Truly Tapping the EMR

June 24, 2011
EMR technology and adoption is certainly not a one-dimensional challenge. Now that large healthcare organizations are entering the "second

EMR technology and adoption is certainly not a one-dimensional challenge. Now that large healthcare organizations are entering the "second generation" or phase two of EMR adoption, they are looking to maximize clinical improvement and workflow efficiency. Industry insiders say it's becoming increasingly clear that EMRs (along with other related clinical information systems) will be essential to healthcare institutions. To read our three-part cover story on EMR adoption, including opinions from industry experts discussing EMR selection, utilization, and management, go to "Performance Improvement: EMR Nirvana," page 20.

A revolution is under way at Vassar Brothers Medical Center. Clinicians and staff are experiencing a new kind of freedom as the hospital goes wireless. Nicholas Christiano, vice president and CIO of Health Quest — the parent company of Vassar Brothers Medical Center in New York — is a leader in the area of wireless adoption. Christiano discusses the importance of mobility in enabling today's clinicians and gives advice on just how CIOs can go about unplugging their organizations. We outline this in, "Hospital, Unplugged," page 46.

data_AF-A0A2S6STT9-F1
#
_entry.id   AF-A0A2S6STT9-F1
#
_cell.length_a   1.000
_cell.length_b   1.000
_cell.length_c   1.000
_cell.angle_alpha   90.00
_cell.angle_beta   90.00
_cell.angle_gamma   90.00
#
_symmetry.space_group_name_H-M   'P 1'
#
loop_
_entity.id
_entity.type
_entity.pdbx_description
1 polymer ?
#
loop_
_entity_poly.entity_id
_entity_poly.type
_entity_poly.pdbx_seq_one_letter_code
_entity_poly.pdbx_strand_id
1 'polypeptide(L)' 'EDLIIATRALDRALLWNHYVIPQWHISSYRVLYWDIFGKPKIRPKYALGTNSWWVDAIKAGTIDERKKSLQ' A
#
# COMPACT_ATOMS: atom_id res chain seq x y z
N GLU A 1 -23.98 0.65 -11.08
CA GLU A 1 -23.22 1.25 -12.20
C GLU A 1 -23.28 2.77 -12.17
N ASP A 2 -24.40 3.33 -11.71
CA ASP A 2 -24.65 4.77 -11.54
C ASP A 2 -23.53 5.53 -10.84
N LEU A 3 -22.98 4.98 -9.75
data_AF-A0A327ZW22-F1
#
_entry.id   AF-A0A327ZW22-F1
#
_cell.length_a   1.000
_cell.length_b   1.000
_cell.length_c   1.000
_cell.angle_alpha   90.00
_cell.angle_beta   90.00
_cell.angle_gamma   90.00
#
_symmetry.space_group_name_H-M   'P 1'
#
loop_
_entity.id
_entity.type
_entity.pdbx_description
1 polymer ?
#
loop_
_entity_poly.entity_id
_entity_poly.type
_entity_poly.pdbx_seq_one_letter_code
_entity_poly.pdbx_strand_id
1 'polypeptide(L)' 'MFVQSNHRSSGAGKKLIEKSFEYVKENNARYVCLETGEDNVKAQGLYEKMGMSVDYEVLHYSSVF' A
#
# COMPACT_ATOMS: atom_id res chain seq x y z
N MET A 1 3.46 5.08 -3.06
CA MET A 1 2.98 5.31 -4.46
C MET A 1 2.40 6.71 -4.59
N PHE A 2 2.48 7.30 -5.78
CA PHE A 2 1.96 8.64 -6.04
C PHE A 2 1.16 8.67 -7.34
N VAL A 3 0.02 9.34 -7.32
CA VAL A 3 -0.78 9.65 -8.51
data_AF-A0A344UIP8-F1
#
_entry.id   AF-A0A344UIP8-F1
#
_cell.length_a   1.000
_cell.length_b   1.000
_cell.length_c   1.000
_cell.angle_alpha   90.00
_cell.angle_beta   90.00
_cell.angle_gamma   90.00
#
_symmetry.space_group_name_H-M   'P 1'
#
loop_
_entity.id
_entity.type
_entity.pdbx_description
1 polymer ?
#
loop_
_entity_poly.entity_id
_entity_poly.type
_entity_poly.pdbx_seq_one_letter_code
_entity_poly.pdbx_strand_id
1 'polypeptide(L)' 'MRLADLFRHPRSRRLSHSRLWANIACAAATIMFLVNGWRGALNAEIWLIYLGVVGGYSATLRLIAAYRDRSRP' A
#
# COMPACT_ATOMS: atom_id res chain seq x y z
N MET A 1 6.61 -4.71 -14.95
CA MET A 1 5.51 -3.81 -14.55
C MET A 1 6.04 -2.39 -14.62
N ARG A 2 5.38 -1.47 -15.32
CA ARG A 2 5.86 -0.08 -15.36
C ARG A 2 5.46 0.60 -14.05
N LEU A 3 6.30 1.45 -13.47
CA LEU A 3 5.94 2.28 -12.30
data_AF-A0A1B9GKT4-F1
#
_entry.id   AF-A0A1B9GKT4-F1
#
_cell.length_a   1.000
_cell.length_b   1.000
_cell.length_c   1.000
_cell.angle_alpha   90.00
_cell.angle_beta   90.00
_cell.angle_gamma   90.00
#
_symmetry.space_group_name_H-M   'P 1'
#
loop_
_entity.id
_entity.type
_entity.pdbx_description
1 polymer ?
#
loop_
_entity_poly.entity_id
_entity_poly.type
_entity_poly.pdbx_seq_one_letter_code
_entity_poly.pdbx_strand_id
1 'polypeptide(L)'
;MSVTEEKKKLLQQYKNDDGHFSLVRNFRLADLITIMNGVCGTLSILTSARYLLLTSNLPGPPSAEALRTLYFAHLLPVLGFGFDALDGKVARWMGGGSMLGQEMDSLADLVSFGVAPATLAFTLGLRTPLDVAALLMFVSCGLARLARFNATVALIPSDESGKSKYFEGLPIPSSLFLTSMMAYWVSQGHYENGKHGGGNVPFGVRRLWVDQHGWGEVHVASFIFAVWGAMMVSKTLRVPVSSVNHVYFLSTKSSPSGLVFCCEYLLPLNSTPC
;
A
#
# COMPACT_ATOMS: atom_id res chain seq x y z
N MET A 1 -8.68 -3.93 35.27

Industry expert, Jay Cannon, president of the Medical Transcription Industry Association (MTIA), Chicago, contends that there is no real structure to the narrative that's being inserted into EMRs. In response to the lack of common standards, an AHIMA-backed effort was launched earlier this year to establish interoperability specifications for common types of clinical documents. The project, called "CDA for Common Document Types," will yield implementation guides for the most common types of dictated clinical documents, using the HL7 Clinical Document Architecture (also used by the ASTM/HL7 Continuity of Care Document). Find out more in, "What's in a Document?" page 12.

With no industry regulated standards set for e-prescribing networks in place until recently, e-prescribing companies have been defining themselves. The lack of standards has made it difficult to differentiate the level of service provided by e-prescribing entities. However, the Electronic Healthcare Network Accreditation Commission (ENHAC) — an accrediting agency providing independent organizational peer evaluation — has certified its first e-prescribing network, RxHub. To read more about the accreditation process, go to "Stamp of Approval," page 16.

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